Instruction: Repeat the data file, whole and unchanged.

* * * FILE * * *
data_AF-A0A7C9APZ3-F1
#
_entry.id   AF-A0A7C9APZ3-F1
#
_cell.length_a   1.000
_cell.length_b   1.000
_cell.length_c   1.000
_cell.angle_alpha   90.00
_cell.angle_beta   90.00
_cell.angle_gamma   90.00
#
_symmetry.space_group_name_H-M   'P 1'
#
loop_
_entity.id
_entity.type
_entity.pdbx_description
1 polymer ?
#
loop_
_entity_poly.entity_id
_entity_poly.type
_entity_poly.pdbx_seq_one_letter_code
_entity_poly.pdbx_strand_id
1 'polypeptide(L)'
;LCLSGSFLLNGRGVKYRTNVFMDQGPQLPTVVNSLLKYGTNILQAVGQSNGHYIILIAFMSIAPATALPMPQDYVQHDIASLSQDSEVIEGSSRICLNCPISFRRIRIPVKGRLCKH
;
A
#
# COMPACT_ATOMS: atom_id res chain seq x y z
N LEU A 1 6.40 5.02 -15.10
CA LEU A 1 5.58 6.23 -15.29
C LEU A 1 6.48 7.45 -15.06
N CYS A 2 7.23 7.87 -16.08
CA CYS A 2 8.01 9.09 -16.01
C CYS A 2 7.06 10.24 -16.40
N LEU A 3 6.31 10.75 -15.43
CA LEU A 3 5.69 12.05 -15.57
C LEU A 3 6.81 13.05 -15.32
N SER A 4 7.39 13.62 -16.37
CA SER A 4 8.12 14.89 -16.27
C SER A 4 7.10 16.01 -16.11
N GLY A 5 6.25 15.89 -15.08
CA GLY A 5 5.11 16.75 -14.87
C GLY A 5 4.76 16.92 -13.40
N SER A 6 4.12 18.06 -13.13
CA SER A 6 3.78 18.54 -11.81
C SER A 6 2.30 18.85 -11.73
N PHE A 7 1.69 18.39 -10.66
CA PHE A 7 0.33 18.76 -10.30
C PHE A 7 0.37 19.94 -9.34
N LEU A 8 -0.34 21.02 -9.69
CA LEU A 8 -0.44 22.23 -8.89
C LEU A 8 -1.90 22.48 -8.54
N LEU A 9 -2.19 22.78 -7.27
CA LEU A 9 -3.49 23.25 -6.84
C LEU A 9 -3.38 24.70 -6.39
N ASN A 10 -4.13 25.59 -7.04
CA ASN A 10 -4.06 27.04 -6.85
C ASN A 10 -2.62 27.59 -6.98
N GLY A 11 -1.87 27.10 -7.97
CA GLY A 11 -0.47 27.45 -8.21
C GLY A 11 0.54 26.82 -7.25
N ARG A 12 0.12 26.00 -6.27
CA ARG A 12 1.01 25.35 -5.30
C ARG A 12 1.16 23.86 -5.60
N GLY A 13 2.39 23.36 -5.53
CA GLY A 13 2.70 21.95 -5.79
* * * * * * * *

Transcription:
data_AF-A0A7C9APZ3-F1
#
_entry.id   AF-A0A7C9APZ3-F1
#
_cell.length_a   1.000
_cell.length_b   1.000
_cell.length_c   1.000
_cell.angle_alpha   90.00
_cell.angle_beta   90.00
_cell.angle_gamma   90.00
#
_symmetry.space_group_name_H-M   'P 1'
#
loop_
_entity.id
_entity.type
_entity.pdbx_description
1 polymer ?
#
loop_
_entity_poly.entity_id
_entity_poly.type
_entity_poly.pdbx_seq_one_letter_code
_entity_poly.pdbx_strand_id
1 'polypeptide(L)'
;LCLSGSFLLNGRGVKYRTNVFMDQGPQLPTVVNSLLKYGTNILQAVGQSNGHYIILIAFMSIAPATALPMPQDYVQHDIASLSQDSEVIEGSSRICLNCPISFRRIRIPVKGRLCKH
;
A
#
# COMPACT_ATOMS: atom_id res chain seq x y z
N LEU A 1 6.40 5.02 -15.10
CA LEU A 1 5.58 6.23 -15.29
C LEU A 1 6.48 7.45 -15.06
N CYS A 2 7.23 7.87 -16.08
CA CYS A 2 8.01 9.09 -16.01
C CYS A 2 7.06 10.24 -16.40
N LEU A 3 6.31 10.75 -15.43
CA LEU A 3 5.69 12.05 -15.57
C LEU A 3 6.81 13.05 -15.32
N SER A 4 7.39 13.62 -16.37
CA SER A 4 8.12 14.89 -16.27
C SER A 4 7.10 16.01 -16.11
N GLY A 5 6.25 15.89 -15.08
CA GLY A 5 5.11 16.75 -14.87
C GLY A 5 4.76 16.92 -13.40
N SER A 6 4.12 18.06 -13.13
CA SER A 6 3.78 18.54 -11.81
C SER A 6 2.30 18.85 -11.73
N PHE A 7 1.69 18.39 -10.66
CA PHE A 7 0.33 18.76 -10.30
C PHE A 7 0.37 19.94 -9.34
N LEU A 8 -0.34 21.02 -9.69
CA LEU A 8 -0.44 22.23 -8.89
C LEU A 8 -1.90 22.48 -8.54
N LEU A 9 -2.19 22.78 -7.27
CA LEU A 9 -3.49 23.25 -6.84
C LEU A 9 -3.38 24.70 -6.39
N ASN A 10 -4.13 25.59 -7.04
CA ASN A 10 -4.06 27.04 -6.85
C ASN A 10 -2.62 27.59 -6.98
N GLY A 11 -1.87 27.10 -7.97
CA GLY A 11 -0.47 27.45 -8.21
C GLY A 11 0.54 26.82 -7.25
N ARG A 12 0.12 26.00 -6.27
CA ARG A 12 1.01 25.35 -5.30
C ARG A 12 1.16 23.86 -5.60
N GLY A 13 2.39 23.36 -5.53
CA GLY A 13 2.70 21.95 -5.79